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The best of Ljubljana
Written by: Anita Lišková & Todd Shaw
Photo by: www.isifa.com
Since its break from the former Yugoslavia in 1991, Slovenia is
no longer the well-kept secret for travelers it once was. Nevertheless,
its persistently peaceful capital, curled under its castle-topped
hill, is still a wonderful antidote to much of Europe's crowds
and high prices.
Director, Assurance and Advisory, PricewaterhouseCoopers
Favorite hotel: Grand Hotel Union, Miklošiceva 1,
tel.: +386 1 308 1270
Favorite restaurant: Chez Eric, Mestni trg 3, tel.: +386 1
Favorite attraction: The architecture in the old town, especially
the work of the architect Joze Plećnik.
Best-kept secret: Red wine from Capo d'Istria.
Advice: Don't limit yourself to Ljubljana - there is wonderful
countryside to be seen one hour's drive in the Alpine mountains
(e.g. Bohinj Lake) and the coast (e.g Piran).
Minister counsellor, Slovenian embassy
Favorite hotel: Grand Hotel
Union, Miklošiceva 1, tel.: +386 1 308 1270
Favorite restaurant: Gostilna Lovec, Trg MDB 1, tel.:
+386 1 426 5708
Favorite attraction: Sunday morning walks in the flea
Best-kept secret: Little Plečnik's church on Barja (south
Favorite shop: Maximarket, Trg republike 1, tel.: +386
1 476 68 00
Advice: Don't drink too much Slovenian beer.
director for outgoing services, Kompas Praha
Favorite hotel: Grand Hotel Union, Miklošiceva 1, tel.:
+386 1 426 4508
Favorite restaurant: Pri Škofu, Rečna Cesta 8, tel.: +386
1 426 4508
Favorite night club: Bachus center, Kongresni trg, tel.:
+386 1 241 8243
Favorite attraction: Old part of Ljubljana including the
Favorite shop: Emporium, Letališka 3, tel.: +386 1 584 4800
BTC, Šmartinska 152, tel.: +386 1 585 1100
Best kept secret: Café Maček, Krojaska 5, tel.: +386 1 425
Have a coffee in the Maček café during the late afternoon.
Advice: Visit Ljubljana during the summer, or on the contrary,
in December, when the atmosphere in the streets is magic
and the city is full of festivals. The best option is to
rent a room in Ljublana and to make trips to the other parts
Location: Republic of Slovenia (Republika Slovenija)
Dialing Code: +386
Area: 20,273 sq km
Ethnic mix: Slovenian 88%, Croat 3%, Serb 2%, Other
Religion: mostly Roman Catholic, followed by Eastern
Government: parliamentary democracy
Time zone: GMT/UTC +1
Electricity: 220 V, 50 Hz
Where on the web?
For further information, we suggest the following websites dedicated
www.slovenia-tourism.si/?_ctg_regije=11&lng=2 - the official
site of the Slovenian travel board is, not surprisingly, full of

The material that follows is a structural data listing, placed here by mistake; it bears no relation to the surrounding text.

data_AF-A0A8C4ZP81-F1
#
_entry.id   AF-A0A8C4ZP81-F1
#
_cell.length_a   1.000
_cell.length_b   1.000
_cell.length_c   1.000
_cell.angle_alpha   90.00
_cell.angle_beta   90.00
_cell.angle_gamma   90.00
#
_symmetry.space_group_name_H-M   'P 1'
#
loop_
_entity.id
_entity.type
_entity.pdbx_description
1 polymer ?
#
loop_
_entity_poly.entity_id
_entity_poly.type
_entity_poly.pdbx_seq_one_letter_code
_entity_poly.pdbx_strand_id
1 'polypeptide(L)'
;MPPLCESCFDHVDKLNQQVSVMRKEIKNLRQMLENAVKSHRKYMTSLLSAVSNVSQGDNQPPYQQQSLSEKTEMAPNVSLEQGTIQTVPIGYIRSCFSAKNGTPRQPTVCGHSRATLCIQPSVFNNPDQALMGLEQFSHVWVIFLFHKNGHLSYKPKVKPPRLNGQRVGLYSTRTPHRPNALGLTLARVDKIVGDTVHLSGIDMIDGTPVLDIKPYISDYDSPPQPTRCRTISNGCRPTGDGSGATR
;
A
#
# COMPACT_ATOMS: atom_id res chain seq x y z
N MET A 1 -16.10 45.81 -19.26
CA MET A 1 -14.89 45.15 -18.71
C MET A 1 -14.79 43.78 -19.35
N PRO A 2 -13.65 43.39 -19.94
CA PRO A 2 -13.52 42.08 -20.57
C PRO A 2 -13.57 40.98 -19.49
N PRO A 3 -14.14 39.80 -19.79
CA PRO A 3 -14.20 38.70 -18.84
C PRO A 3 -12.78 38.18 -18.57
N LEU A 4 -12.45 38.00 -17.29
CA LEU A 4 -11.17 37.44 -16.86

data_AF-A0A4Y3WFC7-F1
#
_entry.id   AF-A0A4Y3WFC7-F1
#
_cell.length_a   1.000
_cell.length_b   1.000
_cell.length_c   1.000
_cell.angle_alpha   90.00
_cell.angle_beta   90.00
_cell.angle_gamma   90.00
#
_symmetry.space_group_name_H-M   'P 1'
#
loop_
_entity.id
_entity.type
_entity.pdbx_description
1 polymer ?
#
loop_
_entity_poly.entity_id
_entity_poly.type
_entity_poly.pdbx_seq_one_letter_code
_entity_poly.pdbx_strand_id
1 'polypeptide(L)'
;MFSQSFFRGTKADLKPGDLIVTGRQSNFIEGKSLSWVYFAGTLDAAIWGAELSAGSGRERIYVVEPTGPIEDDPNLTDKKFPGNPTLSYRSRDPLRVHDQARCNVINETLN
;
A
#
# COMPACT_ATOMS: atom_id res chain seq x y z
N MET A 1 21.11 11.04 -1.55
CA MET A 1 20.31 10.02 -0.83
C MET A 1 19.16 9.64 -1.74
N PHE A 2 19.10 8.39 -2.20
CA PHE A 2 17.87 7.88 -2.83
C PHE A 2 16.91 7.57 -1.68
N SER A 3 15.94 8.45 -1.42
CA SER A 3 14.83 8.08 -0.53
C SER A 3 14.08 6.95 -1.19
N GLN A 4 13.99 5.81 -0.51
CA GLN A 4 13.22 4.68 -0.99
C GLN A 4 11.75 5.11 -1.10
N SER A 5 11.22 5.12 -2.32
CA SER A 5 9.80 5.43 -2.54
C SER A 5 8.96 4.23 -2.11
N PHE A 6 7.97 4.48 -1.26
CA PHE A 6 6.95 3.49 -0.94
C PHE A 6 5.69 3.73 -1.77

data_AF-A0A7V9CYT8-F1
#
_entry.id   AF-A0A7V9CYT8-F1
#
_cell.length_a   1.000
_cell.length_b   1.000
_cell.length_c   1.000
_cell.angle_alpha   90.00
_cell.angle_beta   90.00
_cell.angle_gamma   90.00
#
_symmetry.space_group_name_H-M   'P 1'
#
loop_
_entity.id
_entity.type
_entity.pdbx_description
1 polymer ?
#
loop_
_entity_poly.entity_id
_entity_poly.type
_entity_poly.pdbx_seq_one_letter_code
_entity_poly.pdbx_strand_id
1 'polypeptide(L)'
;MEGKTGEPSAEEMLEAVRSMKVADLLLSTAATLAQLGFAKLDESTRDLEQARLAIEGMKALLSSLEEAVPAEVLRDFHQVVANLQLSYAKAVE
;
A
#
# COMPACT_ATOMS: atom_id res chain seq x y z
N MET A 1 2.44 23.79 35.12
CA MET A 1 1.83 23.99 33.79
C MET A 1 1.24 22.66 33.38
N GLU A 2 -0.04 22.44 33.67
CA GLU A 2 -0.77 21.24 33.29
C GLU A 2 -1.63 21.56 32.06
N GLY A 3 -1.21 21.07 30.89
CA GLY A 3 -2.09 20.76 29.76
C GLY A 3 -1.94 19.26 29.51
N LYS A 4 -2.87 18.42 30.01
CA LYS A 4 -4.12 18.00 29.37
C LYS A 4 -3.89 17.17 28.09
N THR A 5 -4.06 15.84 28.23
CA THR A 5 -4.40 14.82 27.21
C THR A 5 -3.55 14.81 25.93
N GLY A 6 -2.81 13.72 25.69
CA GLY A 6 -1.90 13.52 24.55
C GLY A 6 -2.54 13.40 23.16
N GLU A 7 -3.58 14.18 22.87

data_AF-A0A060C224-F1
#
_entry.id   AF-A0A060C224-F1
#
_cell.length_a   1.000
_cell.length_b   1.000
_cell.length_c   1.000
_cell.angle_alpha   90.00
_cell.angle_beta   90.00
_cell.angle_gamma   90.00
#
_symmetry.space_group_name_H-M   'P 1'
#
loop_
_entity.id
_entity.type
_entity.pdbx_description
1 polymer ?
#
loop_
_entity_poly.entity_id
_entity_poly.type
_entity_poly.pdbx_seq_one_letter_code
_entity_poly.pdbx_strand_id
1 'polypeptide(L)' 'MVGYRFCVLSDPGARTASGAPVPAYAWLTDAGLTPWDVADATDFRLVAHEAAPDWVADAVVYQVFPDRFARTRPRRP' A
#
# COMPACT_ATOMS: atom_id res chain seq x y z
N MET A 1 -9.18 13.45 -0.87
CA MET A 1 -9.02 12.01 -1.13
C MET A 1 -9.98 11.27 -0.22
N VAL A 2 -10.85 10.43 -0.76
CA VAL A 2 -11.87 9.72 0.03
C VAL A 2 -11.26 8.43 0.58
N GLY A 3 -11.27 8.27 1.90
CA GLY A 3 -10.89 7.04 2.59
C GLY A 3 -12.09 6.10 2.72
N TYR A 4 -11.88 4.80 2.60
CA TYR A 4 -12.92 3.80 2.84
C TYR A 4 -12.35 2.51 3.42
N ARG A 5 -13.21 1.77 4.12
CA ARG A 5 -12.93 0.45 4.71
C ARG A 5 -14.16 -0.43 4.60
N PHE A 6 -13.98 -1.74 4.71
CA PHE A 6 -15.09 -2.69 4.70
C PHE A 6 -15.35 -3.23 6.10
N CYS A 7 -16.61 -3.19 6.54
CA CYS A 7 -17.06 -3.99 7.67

useful and interesting information.
www.ljubljana-tourism.si/index.cgi?body=a11 - one page from this
website, featuring useful business contacts.
www.escapeartist.com/slovenia/economy.html - further links to sites
focused on business and economy
www.lonelyplanet.com/destinations/europe/slovenia/ - a less formal
look at the country and it's attractions
www.books-maps.com/SI/ - faktická online databáze map, leteckých
snímků, obrázků pamětihodností a zajímavostí a průvodců slovinskými
· Social and business customs do not differ greatly from those
in the rest of Europe, and in business are very similar to Austria
and Germany. Negotiations are as likely to be carried out over
lunch or dinner as they are in the office. Initial contacts are
normally made between people of a comparable standing.
· In business, English is almost considered the second "official" language
(after Slovene), followed by German and Italian. Almost all businessmen
also speak Serbian and Croat, which facilitates business negotiations
in the republics of former Yugoslavia.
· Attention is paid to academic and professional titles and to
the standing of individuals within their organization. Visitors
need to dress appropriately for the season, but there are no special
clothing requirements for Slovenia. Dress codes are similar to
Austria and Northern Italy.
· With a rich industrial history, a traditional openness to the
rest of the world, rational economic policies, and proven economic
development, Slovenia is among the most successful countries in
transition from socialism to a market economy. Due to excellent
geographic location and good economic performance, Slovenia has
become an attractive site for commmercial headquarters, while business
travelers and tourists alike appreciate its diverse landscape and
rich cultural heritage.
· Like the rest of the country, the greatest number of businesses
in the capital are engaged in trade and commerce, followed by industry,
services, real estate, construction, transport, and communications.
Following independence, entrepreneurship began to develop intensively,
and today more than 90% of the city's companies are classified
as small business enterprises.
· Agriculture, forestry, and fishing represents a comparatively
low 2% of GDP, while industry and construction comprise over one-third
of the total. As in most industrial economies, services make up
an increasing share of output (60.1%), notably in the financial
· The Slovene flow of trade has been largely aimed at the European
Union, particularly Germany, Italy, Austria, and France, while
increasing cooperation with existing partners is oriented toward
new markets in countries of the former Yugoslavia, the United States,
· For updated weekly business information and useful commercial
links, visit the Slovenian Business Weekly website: http://www.gzs.si/eng/news/sbw/